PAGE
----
Who Baptized John the Baptist?


#1

Did John the Baptist get baptized? Who did it or did he baptize himself? When Jesus came to be baptized, why didn't John ask Jesus to baptize him?


#2

We don't know. Period. We don't know that John ever was baptized, altho my guess is that he might have been, by the Essenes.

With regard to your last question, John did say that Jesus should be the one baptizing him.


#3

[quote="DaveBj, post:2, topic:312298"]
We don't know. Period. We don't know that John ever was baptized, altho my guess is that he might have been, by the Essenes.

With regard to your last question, John did say that Jesus should be the one baptizing him.

[/quote]

Why would you think he was baptized by the Essenes? If they had been baptized, they would have become Christian yet we think of them as Jews.

Where did the idea of baptism come from? Was it a revelation from God and, if so, when did that happen?


#4

John's baptism was not in the Trinitarian formula and was of a different purpose than Christian baptism.


#5

I like this post from another thread:

[quote="mdgspencer, post:5, topic:312263"]
The baptism of John was a ritual that was not meant to give the grace of God. The same word, baptism, was used in both cases, but baptism in each case was different. Pagan religions also baptized without giving God's grace, and John's baptism simply answered the same basic human spiritual need to feel purified. It did not involve the act of God Christian baptism always involves.

[/quote]


#6

[quote="Zekariya, post:4, topic:312298"]
John's baptism was not in the Trinitarian formula and was of a different purpose than Christian baptism.

[/quote]

What was the purpose of his baptism? And how do we know what formula he used? If it was in the Trinitarian formula, then when was the actual sacrament of baptism initiated and by whom?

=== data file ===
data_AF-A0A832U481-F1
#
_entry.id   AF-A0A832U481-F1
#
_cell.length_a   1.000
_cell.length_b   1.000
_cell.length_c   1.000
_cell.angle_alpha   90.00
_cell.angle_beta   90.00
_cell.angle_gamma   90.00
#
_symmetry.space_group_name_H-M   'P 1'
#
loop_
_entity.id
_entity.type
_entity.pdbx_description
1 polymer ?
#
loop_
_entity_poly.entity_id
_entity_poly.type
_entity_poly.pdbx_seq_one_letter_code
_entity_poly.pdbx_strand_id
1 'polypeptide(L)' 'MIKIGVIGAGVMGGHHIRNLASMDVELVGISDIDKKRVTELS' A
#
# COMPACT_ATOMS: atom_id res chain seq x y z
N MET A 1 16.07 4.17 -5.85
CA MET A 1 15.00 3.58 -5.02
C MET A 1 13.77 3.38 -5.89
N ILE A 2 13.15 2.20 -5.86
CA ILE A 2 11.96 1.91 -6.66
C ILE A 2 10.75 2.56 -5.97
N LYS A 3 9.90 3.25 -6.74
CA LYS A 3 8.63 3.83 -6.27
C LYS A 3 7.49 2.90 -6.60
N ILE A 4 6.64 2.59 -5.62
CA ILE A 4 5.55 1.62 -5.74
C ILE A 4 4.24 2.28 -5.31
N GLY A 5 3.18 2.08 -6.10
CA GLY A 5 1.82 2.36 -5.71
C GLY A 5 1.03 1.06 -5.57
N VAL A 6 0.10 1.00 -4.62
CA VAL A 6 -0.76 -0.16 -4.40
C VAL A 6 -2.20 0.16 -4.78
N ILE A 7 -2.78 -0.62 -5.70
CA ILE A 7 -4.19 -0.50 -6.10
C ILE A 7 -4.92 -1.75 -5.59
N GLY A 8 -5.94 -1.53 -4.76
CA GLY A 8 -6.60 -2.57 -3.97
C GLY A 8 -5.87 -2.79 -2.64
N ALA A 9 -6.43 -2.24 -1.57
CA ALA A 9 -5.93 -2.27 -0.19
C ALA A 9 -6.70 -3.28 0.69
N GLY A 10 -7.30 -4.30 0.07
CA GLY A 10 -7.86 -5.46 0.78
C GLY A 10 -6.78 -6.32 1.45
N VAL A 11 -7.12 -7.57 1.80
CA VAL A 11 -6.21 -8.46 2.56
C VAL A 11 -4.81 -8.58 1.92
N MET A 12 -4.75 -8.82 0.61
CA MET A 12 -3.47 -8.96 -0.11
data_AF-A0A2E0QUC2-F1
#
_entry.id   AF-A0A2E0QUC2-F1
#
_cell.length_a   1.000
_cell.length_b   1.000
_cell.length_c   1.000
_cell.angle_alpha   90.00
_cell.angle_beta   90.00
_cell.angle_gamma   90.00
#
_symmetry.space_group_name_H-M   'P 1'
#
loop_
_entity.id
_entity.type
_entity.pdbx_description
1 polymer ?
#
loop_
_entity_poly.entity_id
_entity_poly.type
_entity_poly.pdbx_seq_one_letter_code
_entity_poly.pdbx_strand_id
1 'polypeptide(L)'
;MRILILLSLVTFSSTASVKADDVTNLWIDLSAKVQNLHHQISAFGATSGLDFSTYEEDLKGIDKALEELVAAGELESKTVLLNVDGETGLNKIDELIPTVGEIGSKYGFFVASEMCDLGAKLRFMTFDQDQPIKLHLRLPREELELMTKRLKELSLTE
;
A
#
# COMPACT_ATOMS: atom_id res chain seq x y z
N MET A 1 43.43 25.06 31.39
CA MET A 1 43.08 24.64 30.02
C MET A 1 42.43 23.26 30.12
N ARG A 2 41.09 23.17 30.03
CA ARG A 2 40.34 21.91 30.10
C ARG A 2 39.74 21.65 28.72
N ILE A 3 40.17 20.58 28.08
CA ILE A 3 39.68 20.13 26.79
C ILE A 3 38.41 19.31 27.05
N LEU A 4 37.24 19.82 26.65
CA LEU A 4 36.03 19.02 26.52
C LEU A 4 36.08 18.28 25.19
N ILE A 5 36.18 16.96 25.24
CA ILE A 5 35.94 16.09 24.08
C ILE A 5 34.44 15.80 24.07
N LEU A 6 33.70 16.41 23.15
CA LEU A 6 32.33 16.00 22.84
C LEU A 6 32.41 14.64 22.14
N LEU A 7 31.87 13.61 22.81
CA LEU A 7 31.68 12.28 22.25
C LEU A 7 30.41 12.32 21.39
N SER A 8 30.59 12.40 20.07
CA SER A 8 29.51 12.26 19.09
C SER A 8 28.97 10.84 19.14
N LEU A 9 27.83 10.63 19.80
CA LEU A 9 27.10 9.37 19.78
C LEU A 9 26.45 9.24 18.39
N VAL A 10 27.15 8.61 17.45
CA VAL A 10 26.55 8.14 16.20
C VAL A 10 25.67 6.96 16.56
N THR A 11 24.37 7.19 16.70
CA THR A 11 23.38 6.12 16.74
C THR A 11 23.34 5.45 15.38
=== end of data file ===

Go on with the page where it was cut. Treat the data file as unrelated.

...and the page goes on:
#7

[quote="aicirt, post:6, topic:312298"]
What was the purpose of his baptism? And how do we know what formula he used? If it was in the Trinitarian formula, then when was the actual sacrament of baptism initiated and by whom?

[/quote]

John's baptism was a baptism of repentance. It was NOT in the Trinitarian formula and it has nothing to do with Christian baptism instituted by Christ. The word, baptism, means immerse and that is all that John did.


#8

[quote="Zekariya, post:7, topic:312298"]
John's baptism was a baptism of repentance. It was NOT in the Trinitarian formula and it has nothing to do with Christian baptism instituted by Christ. The word, baptism, means immerse and that is all that John did.

[/quote]

When did Christ baptize?


#9

When did Jesus baptize?

Check John 3:

22 "After this Jesus and his disciples went into the land of Judea; there he remained with them and baptized. 23 John also was baptizing at Aenon near Salim, because there was much water there; and people came and were baptized."

26 And they came to John, and said to him, "Rabbi, he who was with you beyond the Jordan, to whom you bore witness, here he is, baptizing, and all are going to him."

But not for long, see John 4: